"If the mob has explosives and a terrorist wants them and they have the money, they could become instant friends," he said.
Pat D'Amuro, a retired senior FBI official and now chief executive of Giuliani Security, said a Mafia boss once acknowledged that the mob would help terrorists.
"I am aware of a high-level Mafia figure, who was cooperating with authorities, being asked if the Mafia would assist terrorists in smuggling people into Europe through Italy," D'Amuro said. "He said, 'The Mafia will help who ever can pay.'"
Officials said they have no specific evidence that such a relationship has been cemented. But concerns were heightened last year after an Armenian immigrant was arrested in New York for allegedly leading a plot to sell military weapons to an FBI informant posing as a middleman for terrorists.
Arthur Solomonyan had claimed to be able to deliver shoulder-fired missiles from his connection in Russian organized crime to the informant, who claimed to have ties to al-Qaida, federal prosecutors said. Solomonyan and 17 others in New York, Florida and California were charged in the case.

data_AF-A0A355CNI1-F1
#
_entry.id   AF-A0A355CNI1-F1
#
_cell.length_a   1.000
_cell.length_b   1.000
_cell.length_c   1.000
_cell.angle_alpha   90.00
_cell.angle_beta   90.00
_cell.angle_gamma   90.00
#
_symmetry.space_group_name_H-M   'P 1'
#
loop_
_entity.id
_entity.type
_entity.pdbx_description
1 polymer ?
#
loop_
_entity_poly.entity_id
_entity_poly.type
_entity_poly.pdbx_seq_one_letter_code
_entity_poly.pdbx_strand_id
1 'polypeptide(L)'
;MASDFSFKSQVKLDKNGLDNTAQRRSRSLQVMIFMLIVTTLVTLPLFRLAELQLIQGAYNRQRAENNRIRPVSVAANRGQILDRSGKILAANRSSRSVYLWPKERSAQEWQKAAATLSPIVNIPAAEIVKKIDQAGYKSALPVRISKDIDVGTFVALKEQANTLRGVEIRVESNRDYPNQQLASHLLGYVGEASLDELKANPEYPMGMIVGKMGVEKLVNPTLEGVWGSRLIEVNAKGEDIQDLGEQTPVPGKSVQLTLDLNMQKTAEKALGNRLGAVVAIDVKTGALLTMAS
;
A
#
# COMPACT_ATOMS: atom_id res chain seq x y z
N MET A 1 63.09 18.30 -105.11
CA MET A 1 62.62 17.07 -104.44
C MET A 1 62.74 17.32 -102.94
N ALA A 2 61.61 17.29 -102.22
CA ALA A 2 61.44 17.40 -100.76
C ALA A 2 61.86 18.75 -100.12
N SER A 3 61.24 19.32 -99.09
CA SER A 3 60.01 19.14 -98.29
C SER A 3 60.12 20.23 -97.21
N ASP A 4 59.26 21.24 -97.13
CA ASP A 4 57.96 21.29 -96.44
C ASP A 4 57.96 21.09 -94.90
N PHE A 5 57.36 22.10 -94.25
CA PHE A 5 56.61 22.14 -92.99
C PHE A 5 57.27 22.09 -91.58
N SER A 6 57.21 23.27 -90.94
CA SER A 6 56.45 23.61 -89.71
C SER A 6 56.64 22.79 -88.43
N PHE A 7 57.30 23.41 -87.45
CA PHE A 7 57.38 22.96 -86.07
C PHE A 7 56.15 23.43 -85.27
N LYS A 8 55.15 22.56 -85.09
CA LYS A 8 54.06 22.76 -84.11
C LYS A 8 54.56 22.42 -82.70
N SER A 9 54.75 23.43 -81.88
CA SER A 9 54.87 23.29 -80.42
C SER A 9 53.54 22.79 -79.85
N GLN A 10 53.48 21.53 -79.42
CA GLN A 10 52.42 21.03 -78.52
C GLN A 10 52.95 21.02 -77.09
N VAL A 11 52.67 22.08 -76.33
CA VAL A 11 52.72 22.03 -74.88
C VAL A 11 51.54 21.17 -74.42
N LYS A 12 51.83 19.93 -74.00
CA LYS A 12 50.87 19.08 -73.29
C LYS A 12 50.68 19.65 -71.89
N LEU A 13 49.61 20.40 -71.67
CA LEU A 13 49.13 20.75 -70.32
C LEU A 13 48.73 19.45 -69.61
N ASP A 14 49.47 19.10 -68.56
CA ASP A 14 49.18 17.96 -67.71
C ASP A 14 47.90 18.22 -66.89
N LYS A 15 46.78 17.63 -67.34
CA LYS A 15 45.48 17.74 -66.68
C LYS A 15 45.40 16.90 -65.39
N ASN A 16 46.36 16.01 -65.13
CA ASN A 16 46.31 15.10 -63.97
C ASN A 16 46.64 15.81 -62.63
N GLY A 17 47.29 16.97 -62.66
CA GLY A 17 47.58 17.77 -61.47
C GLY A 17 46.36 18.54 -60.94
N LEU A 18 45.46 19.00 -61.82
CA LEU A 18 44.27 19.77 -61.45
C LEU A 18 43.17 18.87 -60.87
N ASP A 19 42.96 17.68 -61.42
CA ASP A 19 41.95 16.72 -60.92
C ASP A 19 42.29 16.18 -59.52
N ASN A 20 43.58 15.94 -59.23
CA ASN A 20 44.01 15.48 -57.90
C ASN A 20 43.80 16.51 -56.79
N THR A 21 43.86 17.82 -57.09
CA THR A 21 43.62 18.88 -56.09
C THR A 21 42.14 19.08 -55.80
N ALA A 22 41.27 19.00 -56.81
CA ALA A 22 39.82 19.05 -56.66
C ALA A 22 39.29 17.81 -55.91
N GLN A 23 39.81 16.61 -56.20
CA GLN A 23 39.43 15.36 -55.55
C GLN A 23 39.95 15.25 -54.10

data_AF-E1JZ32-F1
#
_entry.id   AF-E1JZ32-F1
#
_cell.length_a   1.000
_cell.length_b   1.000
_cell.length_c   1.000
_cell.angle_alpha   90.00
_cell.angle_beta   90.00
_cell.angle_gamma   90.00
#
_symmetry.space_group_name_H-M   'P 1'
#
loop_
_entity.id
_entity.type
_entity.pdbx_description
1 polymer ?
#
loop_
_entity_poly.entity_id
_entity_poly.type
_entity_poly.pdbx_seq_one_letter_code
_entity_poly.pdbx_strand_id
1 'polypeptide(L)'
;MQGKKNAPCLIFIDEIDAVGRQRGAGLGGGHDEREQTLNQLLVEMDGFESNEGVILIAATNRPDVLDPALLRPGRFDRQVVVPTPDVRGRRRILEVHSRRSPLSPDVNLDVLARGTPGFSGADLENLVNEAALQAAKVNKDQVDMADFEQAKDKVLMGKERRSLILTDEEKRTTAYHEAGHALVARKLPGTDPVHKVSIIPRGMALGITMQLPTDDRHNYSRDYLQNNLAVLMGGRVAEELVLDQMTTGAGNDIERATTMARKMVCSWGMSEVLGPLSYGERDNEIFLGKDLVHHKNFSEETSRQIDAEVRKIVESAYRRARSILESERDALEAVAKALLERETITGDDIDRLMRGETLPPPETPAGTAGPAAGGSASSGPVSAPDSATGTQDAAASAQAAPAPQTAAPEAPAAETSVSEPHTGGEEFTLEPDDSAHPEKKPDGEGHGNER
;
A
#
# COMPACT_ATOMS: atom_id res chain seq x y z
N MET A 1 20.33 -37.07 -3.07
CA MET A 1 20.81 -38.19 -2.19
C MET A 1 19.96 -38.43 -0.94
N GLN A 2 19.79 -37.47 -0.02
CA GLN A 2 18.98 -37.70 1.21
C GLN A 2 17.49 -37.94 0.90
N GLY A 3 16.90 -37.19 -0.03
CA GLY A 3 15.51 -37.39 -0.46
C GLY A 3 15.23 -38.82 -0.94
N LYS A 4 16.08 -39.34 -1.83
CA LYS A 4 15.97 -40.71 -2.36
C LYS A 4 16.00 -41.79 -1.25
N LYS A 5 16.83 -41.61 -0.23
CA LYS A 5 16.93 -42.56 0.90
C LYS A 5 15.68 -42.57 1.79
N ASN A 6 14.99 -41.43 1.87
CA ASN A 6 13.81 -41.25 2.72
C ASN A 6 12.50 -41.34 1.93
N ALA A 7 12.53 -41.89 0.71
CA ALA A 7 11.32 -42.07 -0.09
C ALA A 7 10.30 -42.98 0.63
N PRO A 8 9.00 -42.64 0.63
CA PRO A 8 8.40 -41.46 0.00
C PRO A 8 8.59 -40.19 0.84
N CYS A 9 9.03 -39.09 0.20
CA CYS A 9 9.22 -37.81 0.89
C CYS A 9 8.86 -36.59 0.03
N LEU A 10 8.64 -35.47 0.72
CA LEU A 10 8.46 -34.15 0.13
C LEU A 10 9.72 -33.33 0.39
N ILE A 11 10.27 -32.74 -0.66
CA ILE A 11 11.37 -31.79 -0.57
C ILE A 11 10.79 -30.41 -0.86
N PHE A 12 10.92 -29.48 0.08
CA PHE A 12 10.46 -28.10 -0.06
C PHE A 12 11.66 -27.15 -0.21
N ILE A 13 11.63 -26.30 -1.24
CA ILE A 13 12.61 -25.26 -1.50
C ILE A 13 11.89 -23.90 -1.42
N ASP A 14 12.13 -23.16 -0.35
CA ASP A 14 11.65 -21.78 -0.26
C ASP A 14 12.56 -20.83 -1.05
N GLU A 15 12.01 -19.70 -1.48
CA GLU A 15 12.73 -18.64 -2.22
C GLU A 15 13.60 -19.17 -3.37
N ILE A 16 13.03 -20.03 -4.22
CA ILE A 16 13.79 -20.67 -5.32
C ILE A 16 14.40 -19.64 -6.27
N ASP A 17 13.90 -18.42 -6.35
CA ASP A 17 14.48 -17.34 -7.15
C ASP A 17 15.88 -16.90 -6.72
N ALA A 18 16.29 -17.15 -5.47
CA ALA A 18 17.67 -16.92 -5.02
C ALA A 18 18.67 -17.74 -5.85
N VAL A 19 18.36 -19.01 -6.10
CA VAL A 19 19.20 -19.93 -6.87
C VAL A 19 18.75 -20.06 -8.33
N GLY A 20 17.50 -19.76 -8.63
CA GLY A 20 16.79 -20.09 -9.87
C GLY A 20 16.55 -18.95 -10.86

Solomonyan is scheduled for trial this month. His lawyer, Seth Ginsberg, said he plans to "vigorously contest" the charges and call the government's confidential informant to the stand to challenge his motives. The Italian, Russian, and Asian mafia remain active, particularly in New York, even though the government has successfully prosecuted numerous figures in recent years.